In the week ending March 6, the advance figure for seasonally adjusted initial claims was 712,000, a decrease of 42,000 from the previous week's revised level. The previous week's level was revised up by 9,000 from 745,000 to 754,000. The 4-week moving average was 759,000, a decrease of 34,000 from the previous week's revised average.
The good news is, this new figure reflects a vast improvement over the figures from a couple of months ago, it exceeded expectations, and it's the second best report since the start of the COVID crisis a year ago. The bad news is, this is nevertheless the 51st consecutive week in which the number of Americans filing for unemployment benefits was worse than at any time during the Great Recession.
In other words, for those eager to suggest the economy has recovered, and efforts such as American Rescue Plan are no longer necessary, the data still suggests otherwise, even as we see evidence of gradual progress.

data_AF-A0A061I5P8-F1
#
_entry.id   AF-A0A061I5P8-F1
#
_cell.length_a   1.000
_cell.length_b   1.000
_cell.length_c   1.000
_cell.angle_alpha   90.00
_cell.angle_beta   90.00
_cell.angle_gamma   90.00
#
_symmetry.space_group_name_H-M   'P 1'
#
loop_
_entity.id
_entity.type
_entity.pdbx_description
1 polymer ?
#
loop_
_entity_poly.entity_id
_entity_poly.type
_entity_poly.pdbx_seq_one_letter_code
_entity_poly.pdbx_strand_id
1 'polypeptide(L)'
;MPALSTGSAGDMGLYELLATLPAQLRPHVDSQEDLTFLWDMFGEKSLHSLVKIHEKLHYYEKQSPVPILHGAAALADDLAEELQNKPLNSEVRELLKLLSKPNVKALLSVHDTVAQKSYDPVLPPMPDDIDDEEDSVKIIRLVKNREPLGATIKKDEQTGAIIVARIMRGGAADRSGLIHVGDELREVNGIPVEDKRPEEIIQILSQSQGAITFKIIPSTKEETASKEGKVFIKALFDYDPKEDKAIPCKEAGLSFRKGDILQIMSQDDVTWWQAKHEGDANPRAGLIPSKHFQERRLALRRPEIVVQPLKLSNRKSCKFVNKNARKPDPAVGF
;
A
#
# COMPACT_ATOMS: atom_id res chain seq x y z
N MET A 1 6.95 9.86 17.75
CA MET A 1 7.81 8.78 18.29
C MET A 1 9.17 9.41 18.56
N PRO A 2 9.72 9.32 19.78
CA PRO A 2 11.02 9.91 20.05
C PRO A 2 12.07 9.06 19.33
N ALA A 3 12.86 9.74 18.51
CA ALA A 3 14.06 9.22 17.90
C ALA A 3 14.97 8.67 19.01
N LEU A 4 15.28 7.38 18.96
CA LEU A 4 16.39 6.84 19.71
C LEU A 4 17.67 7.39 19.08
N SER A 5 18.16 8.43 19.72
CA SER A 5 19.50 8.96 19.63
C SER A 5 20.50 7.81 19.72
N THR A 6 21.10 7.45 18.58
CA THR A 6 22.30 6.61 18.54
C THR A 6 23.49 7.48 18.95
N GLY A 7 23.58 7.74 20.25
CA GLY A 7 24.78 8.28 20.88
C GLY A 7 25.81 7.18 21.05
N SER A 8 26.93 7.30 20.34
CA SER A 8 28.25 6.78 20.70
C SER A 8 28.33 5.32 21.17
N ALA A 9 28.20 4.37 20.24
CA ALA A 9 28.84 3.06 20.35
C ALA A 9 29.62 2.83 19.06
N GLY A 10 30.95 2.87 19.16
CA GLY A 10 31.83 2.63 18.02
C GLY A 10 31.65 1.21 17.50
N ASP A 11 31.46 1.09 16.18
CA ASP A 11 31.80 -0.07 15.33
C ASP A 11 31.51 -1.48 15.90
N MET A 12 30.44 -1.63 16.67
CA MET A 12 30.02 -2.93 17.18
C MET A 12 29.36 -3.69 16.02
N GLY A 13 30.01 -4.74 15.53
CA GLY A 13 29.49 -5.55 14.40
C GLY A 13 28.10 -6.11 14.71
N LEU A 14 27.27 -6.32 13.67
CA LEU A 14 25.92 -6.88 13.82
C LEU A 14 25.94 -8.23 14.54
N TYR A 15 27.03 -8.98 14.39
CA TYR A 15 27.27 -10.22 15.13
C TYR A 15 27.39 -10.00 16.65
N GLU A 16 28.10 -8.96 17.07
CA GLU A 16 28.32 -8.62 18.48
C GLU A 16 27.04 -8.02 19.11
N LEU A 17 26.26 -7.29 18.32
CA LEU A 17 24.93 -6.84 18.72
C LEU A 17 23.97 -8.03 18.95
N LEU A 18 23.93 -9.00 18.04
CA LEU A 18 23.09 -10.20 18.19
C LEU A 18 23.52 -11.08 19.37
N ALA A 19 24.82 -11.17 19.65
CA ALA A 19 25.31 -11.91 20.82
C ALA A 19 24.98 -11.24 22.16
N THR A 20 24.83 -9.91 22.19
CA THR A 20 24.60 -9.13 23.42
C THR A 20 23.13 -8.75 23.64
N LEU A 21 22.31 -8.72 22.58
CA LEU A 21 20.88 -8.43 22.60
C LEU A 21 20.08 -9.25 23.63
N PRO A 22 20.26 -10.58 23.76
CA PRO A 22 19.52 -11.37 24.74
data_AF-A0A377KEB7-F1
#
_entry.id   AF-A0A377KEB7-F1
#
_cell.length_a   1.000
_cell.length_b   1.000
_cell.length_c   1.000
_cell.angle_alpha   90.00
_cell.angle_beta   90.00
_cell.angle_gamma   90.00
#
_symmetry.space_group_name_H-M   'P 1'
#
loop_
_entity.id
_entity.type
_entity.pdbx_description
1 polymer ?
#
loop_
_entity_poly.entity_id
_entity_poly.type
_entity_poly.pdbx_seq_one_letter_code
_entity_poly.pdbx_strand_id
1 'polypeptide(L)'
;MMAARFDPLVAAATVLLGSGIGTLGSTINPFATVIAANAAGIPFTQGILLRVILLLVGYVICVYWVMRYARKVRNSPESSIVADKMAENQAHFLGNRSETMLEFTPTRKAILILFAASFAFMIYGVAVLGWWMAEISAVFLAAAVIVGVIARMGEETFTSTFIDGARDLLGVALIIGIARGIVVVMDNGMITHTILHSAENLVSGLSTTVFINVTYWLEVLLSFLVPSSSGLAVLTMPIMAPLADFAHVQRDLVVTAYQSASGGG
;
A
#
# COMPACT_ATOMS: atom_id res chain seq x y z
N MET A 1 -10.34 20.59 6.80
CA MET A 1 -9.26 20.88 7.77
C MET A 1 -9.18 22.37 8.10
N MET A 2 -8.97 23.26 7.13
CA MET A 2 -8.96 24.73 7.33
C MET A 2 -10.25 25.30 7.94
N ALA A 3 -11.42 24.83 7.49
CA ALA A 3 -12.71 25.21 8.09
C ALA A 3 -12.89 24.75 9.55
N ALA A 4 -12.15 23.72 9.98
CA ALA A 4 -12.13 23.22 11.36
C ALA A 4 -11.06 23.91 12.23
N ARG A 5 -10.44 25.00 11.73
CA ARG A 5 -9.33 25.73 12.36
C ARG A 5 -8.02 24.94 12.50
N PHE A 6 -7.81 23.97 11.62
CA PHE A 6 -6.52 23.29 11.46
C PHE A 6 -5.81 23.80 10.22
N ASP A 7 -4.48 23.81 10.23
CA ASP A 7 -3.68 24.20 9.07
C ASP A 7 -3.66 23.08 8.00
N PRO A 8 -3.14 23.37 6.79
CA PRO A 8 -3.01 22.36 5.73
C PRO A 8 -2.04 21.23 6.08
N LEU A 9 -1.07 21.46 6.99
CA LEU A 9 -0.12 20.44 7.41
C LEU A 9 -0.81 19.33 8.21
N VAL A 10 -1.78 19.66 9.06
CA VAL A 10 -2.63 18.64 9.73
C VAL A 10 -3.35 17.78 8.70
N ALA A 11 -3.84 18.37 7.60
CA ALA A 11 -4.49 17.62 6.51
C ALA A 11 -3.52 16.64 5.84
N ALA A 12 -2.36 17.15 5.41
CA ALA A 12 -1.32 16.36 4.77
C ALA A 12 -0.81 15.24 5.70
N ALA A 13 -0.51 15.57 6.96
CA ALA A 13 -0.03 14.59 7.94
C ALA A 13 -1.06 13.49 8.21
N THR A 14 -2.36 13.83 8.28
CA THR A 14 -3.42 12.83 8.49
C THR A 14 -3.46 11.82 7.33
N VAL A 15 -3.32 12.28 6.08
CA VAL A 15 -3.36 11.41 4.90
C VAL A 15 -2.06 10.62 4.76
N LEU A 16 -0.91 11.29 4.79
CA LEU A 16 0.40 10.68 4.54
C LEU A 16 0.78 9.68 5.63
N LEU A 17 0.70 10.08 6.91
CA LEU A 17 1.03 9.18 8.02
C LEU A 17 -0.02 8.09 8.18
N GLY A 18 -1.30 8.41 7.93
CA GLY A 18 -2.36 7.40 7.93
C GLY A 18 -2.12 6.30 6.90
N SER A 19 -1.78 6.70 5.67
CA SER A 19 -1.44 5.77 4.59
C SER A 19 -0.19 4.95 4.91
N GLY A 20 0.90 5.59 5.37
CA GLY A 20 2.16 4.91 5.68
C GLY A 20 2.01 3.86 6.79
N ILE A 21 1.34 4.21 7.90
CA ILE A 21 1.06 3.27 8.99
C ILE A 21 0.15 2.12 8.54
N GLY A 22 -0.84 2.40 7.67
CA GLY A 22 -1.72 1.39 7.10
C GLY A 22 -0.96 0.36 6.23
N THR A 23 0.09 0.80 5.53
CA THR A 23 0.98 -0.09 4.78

That said, there is reason to believe we're about to see a whole lot more progress. In early February, for example, American Airlines announced it was sending furlough notices to roughly 13,000 employees, citing, among other things, weak travel demand amidst the pandemic.
Yesterday afternoon, the company reversed course.
Thousands of American Airlines workers who recently received furlough warnings will no longer have to worry about their state of their jobs due to the $1.9 trillion COVID-19 relief bill that was passed by Congress Wednesday. American Airlines CEO Doug Parker and President Robert Isom made the announcement in a letter sent to 13,000 employees shortly after the bill was voted on.
"To those who had received notices warning of furloughs: those are happily canceled -- you can tear them up!" the letter read. It added, "If you see your local Congressional representative on a flight, be sure to thank her or him for their work this past year and for recognizing the noble work you all do every day."
Of course, if they see congressional Republicans, they may want to withhold some of that gratitude, given that every GOP member of Congress voted against the COVID relief package.
Regardless, it's not often Congress passes a law in the afternoon, and saves 13,000 jobs within a couple of hours, but that's precisely what happened yesterday.